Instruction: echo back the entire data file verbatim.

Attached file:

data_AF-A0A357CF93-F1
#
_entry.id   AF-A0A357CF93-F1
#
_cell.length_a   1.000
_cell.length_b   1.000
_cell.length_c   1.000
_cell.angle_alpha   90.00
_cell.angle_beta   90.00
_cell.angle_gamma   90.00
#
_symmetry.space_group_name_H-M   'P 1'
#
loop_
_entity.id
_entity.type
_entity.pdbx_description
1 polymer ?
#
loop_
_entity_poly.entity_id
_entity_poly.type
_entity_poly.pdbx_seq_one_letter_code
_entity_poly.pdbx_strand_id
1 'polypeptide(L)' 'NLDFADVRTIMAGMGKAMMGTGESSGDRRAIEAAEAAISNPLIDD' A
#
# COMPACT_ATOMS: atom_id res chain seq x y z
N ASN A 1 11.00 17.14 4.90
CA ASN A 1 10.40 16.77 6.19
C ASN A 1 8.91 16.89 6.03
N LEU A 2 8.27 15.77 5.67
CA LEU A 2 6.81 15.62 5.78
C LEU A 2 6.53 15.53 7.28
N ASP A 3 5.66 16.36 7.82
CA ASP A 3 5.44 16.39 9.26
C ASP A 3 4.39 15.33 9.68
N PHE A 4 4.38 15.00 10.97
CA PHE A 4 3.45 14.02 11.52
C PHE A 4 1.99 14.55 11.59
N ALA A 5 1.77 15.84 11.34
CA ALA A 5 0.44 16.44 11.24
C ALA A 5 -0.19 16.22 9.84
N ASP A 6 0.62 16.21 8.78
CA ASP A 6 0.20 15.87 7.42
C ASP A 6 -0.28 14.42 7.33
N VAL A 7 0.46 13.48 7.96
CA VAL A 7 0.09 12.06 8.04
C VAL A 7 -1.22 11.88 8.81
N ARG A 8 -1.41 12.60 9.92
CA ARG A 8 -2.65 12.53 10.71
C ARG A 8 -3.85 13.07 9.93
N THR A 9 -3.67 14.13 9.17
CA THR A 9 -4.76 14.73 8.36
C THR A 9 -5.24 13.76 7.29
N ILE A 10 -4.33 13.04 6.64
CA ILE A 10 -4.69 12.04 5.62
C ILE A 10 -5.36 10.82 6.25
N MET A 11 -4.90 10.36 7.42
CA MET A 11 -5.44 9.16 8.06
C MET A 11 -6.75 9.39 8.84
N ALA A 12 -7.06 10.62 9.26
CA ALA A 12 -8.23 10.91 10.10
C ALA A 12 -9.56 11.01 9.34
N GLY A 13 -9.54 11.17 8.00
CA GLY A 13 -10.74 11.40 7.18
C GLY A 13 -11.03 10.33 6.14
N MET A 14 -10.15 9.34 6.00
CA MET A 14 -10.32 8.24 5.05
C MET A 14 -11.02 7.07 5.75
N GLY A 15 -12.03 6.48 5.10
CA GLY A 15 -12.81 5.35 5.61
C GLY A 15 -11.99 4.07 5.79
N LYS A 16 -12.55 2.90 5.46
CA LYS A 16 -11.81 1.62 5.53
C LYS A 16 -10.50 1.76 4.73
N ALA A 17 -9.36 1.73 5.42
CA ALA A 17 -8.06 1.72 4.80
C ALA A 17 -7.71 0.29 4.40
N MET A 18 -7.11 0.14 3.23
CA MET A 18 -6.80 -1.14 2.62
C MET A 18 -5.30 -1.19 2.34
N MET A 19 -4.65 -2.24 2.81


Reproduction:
data_AF-A0A357CF93-F1
#
_entry.id   AF-A0A357CF93-F1
#
_cell.length_a   1.000
_cell.length_b   1.000
_cell.length_c   1.000
_cell.angle_alpha   90.00
_cell.angle_beta   90.00
_cell.angle_gamma   90.00
#
_symmetry.space_group_name_H-M   'P 1'
#
loop_
_entity.id
_entity.type
_entity.pdbx_description
1 polymer ?
#
loop_
_entity_poly.entity_id
_entity_poly.type
_entity_poly.pdbx_seq_one_letter_code
_entity_poly.pdbx_strand_id
1 'polypeptide(L)' 'NLDFADVRTIMAGMGKAMMGTGESSGDRRAIEAAEAAISNPLIDD' A
#
# COMPACT_ATOMS: atom_id res chain seq x y z
N ASN A 1 11.00 17.14 4.90
CA ASN A 1 10.40 16.77 6.19
C ASN A 1 8.91 16.89 6.03
N LEU A 2 8.27 15.77 5.67
CA LEU A 2 6.81 15.62 5.78
C LEU A 2 6.53 15.53 7.28
N ASP A 3 5.66 16.36 7.82
CA ASP A 3 5.44 16.39 9.26
C ASP A 3 4.39 15.33 9.68
N PHE A 4 4.38 15.00 10.97
CA PHE A 4 3.45 14.02 11.52
C PHE A 4 1.99 14.55 11.59
N ALA A 5 1.77 15.84 11.34
CA ALA A 5 0.44 16.44 11.24
C ALA A 5 -0.19 16.22 9.84
N ASP A 6 0.62 16.21 8.78
CA ASP A 6 0.20 15.87 7.42
C ASP A 6 -0.28 14.42 7.33
N VAL A 7 0.46 13.48 7.96
CA VAL A 7 0.09 12.06 8.04
C VAL A 7 -1.22 11.88 8.81
N ARG A 8 -1.41 12.60 9.92
CA ARG A 8 -2.65 12.53 10.71
C ARG A 8 -3.85 13.07 9.93
N THR A 9 -3.67 14.13 9.17
CA THR A 9 -4.76 14.73 8.36
C THR A 9 -5.24 13.76 7.29
N ILE A 10 -4.33 13.04 6.64
CA ILE A 10 -4.69 12.04 5.62
C ILE A 10 -5.36 10.82 6.25
N MET A 11 -4.90 10.36 7.42
CA MET A 11 -5.44 9.16 8.06
C MET A 11 -6.75 9.39 8.84
N ALA A 12 -7.06 10.62 9.26
CA ALA A 12 -8.23 10.91 10.10
C ALA A 12 -9.56 11.01 9.34
N GLY A 13 -9.54 11.17 8.00
CA GLY A 13 -10.74 11.40 7.18
C GLY A 13 -11.03 10.33 6.14
N MET A 14 -10.15 9.34 6.00
CA MET A 14 -10.32 8.24 5.05
C MET A 14 -11.02 7.07 5.75
N GLY A 15 -12.03 6.48 5.10
CA GLY A 15 -12.81 5.35 5.61
C GLY A 15 -11.99 4.07 5.79
N LYS A 16 -12.55 2.90 5.46
CA LYS A 16 -11.81 1.62 5.53
C LYS A 16 -10.50 1.76 4.73
N ALA A 17 -9.36 1.73 5.42
CA ALA A 17 -8.06 1.72 4.80
C ALA A 17 -7.71 0.29 4.40
N MET A 18 -7.11 0.14 3.23
CA MET A 18 -6.80 -1.14 2.62
C MET A 18 -5.30 -1.19 2.34
N MET A 19 -4.65 -2.24 2.81